Want to know I am reading? Follow me on goodreads.com/zacharytlawson
(Alternate Title: The Problem of Private Parlance Pericopes)
There is an interesting objection to the reliability of the Gospels centered on the problem of private conversations. There are several interactions, the objection goes, wherein the details of the events are privy only to the participants of those events. The writers of the Gospels neither participated themselves in these events nor plausibly had access to witnesses of these event. Consider for example the conversation between Jesus and Pilate described in John 18.
Pilate entered again into the Praetorium, and summoned Jesus and said to Him, “Are You the King of the Jews?”
Jesus answered, “Are you saying this on your own initiative, or did others tell you about Me?”
Pilate answered, “I am not a Jew, am I? Your own nation and the chief priests delivered You to me; what have You done?”
Jesus answered, “My kingdom is not of this world. If My kingdom were of this world, then My servants would be fighting so that I would not be handed over to the Jews; but as it is, My kingdom is not of this realm.”
Therefore Pilate said to Him, “So You are a king?”
Jesus answered, “You say correctly that I am a king. For this I have been born, and for this I have come into the world, to testify to the truth. Everyone who is of the truth hears My voice.”
Pilate said to Him, “What is truth?”
- John 18:33-38 (NASB)
This is a pretty detailed account for a guy who was not there to hear the conversation. Could it be the case that the author of John wove this vignette from whole cloth? Before we jump to that conclusion, let’s survey the potential candidates for John’s information.
First, Pilate would have the information regarding this information. Is it likely, however, that he would willingly participate in an interview with the early Christians? Admittedly, I am not an expert in this area, but it does seem highly improbable that a man of Pilate’s stature and background would take time out of his day to tell some fisherman what he discussed with their murdered Messiah. I think we can safely assume Pilate was not John’s source.
Second, there may have been bystanders. The text is unclear as to how private this conversation actually was. The term Praetorium is sometimes translated as “palace” or “headquarters” indicating that this was a large building presumably occupied with many of Pilate’s servants as well as military personnel. It does seem slightly unlikely that Pilate would take a criminal into a completely private room without any security. Thus, it is throughly plausible that a member of Pilate’s court overheard the entirety of the conversation, later converted, and shared their story with the believing community. Over time, this permeated into the oral tradition and eventually became encapsulated in John’s Gospel. While this is less of a stretch than John interviewing Pilate, it does seem slightly ad hoc.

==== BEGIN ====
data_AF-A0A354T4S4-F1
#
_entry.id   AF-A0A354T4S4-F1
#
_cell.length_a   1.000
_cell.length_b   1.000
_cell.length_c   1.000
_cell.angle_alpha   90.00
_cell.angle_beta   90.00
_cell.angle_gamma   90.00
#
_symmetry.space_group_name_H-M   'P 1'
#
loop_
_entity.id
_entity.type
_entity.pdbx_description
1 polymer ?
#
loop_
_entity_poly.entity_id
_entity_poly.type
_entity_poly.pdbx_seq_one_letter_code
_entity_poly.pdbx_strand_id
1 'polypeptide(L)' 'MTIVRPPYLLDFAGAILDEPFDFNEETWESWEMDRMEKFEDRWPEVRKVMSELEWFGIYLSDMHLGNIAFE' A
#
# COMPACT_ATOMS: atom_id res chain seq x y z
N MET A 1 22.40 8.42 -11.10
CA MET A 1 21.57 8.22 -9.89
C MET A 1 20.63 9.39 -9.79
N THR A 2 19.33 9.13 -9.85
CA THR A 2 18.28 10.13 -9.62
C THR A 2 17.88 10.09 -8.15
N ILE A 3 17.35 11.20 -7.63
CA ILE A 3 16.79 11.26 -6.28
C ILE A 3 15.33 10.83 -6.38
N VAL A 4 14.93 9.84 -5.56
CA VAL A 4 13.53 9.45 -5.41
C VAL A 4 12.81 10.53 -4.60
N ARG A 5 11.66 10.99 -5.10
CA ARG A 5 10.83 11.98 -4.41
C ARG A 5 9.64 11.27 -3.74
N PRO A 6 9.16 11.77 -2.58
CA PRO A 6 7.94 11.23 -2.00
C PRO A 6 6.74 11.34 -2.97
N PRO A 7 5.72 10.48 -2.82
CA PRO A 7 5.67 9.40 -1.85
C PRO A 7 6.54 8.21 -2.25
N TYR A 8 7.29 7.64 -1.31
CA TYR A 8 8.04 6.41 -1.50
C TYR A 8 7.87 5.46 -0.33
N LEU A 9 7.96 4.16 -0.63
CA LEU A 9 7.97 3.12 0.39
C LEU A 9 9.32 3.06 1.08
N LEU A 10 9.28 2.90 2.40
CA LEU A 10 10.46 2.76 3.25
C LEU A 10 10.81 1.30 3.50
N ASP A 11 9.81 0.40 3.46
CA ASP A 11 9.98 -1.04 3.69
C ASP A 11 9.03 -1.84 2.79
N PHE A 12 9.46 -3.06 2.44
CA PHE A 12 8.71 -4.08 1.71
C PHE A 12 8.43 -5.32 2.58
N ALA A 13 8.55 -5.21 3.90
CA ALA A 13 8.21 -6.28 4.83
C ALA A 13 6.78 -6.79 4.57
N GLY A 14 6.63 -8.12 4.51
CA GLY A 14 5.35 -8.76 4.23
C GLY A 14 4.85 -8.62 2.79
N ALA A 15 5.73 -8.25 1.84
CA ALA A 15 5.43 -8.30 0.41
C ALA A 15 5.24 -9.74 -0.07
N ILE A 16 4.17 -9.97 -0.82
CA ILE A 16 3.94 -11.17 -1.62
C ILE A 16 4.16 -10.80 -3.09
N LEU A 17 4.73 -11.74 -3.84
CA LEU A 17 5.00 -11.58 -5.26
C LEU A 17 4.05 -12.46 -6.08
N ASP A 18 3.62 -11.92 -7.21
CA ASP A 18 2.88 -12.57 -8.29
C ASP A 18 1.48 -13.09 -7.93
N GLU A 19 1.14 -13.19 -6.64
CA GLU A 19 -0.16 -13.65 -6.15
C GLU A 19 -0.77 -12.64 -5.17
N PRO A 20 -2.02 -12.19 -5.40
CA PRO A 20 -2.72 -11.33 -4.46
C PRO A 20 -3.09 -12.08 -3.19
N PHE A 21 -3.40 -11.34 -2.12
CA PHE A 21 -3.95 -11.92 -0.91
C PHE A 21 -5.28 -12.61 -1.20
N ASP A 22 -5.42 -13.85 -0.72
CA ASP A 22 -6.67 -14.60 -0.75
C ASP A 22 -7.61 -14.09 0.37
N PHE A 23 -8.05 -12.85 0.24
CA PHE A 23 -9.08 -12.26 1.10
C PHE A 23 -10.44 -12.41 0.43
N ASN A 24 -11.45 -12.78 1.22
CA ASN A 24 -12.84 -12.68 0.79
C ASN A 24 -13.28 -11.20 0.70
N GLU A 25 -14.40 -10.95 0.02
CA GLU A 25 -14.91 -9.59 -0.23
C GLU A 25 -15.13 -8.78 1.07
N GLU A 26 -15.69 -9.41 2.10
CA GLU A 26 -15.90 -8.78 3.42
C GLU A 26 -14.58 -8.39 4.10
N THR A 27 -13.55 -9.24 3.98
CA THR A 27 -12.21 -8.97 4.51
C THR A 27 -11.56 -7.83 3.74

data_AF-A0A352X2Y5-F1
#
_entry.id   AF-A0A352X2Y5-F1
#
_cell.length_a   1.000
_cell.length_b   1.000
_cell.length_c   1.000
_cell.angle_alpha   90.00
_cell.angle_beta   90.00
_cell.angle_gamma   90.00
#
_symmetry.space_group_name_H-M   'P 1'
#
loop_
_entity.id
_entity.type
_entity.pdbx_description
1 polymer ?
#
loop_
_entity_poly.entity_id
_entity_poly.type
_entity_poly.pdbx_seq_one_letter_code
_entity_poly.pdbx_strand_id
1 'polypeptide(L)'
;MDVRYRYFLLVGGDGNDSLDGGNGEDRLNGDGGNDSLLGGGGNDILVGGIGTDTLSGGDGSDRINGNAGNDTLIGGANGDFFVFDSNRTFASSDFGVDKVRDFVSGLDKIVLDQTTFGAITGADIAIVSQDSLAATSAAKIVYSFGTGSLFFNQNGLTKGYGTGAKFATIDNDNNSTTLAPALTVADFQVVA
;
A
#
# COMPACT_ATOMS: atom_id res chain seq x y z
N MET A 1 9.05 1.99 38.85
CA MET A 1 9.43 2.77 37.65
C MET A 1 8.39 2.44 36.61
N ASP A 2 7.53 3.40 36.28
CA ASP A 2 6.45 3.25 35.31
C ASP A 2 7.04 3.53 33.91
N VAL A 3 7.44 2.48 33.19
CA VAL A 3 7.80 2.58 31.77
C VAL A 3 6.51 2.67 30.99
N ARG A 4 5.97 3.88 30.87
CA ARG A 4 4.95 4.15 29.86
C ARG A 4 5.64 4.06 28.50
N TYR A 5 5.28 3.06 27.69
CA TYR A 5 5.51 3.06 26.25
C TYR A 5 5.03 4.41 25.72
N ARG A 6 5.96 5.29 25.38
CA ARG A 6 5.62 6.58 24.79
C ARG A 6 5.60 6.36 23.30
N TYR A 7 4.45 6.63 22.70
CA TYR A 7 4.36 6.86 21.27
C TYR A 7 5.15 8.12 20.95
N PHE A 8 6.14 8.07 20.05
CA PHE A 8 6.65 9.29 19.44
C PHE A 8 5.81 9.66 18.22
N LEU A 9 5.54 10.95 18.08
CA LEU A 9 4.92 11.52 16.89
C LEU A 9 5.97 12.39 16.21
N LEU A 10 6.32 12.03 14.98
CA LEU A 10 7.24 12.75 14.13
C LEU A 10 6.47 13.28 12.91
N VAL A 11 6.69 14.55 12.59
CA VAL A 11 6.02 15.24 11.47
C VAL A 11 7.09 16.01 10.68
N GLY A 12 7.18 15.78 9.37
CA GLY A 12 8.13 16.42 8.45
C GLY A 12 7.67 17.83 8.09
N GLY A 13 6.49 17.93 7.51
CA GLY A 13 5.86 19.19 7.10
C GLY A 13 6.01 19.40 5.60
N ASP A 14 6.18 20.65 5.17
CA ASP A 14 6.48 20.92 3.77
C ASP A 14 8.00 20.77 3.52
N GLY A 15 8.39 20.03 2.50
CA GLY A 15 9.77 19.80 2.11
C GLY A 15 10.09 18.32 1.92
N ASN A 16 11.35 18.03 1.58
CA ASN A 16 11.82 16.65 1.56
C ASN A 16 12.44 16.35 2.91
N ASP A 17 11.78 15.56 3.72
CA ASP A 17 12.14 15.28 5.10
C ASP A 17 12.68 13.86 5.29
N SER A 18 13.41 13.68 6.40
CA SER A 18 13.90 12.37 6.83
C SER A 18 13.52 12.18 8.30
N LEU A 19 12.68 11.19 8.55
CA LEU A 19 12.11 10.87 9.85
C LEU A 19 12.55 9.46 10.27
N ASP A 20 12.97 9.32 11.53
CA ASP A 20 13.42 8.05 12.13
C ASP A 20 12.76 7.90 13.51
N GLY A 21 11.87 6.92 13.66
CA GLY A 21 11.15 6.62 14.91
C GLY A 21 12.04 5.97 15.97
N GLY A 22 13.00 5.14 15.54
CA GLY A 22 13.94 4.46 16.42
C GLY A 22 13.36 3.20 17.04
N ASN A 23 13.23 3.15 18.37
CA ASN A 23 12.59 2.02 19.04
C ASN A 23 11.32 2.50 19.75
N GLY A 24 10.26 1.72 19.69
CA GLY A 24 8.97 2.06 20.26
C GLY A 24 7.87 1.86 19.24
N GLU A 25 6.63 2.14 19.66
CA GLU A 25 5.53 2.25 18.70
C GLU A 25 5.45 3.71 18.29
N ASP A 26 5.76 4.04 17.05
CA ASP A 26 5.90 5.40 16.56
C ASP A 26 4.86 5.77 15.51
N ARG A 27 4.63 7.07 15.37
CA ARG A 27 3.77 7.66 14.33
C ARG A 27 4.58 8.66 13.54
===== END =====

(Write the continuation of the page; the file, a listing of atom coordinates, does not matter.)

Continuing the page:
Lastly, we have Jesus. Jesus would certainly have the relevant information about the conversation seeing as he was a participant. Moreover, Jesus certainly would not have a problem talking to John or any of the other disciples about what happened. In other words, Jesus was not a hostile witness. He seems to be the perfect candidate. Why would he not be considered a legitimate option? Here, we reach the crux of the problem.
The problem that a sceptic is going to have with Jesus being the witness is that Jesus was killed after this conversation, before he could tell anybody else. But, notice how this is circular! The only reason that Jesus could be invalidated from being a witness would be if he did not rise from the dead. But, if he did not rise of the dead, then the Gospels are not telling a true story in the first place. In other words, to raise this objection to the veracity of the Gospels requires assuming the Gospels are not veracious in the first place.
But isn’t the Christian reasoning in a circle, too? Isn’t she assuming the Gospels are true to defend the Gospels are true? Here, we need to clarify that the objection is an internal critique.
You Christians have an inconsistency in your source documents. You claim they are eyewitness testimonies, but even on your own view, there isn’t an eyewitness to this conversation!
On this count, the Christian can retort that she has the explanatory resources to remain internally consistent. Since the Gospels were written after the resurrection of Christ and the 40 days of teaching described in Luke 24, Jesus is a legitimate source to fill in some of the gaps, particularly during the Passion Week events. Note that the scope of this response is limited to internal consistency.
What’s the point? It means that the “covert conversation challenge” is not an independent objection to the veracity of the Gospels; rather, it is dependent on an objection to the resurrection of Christ: whether that is a general philosophical argument against miracles or specific historical case.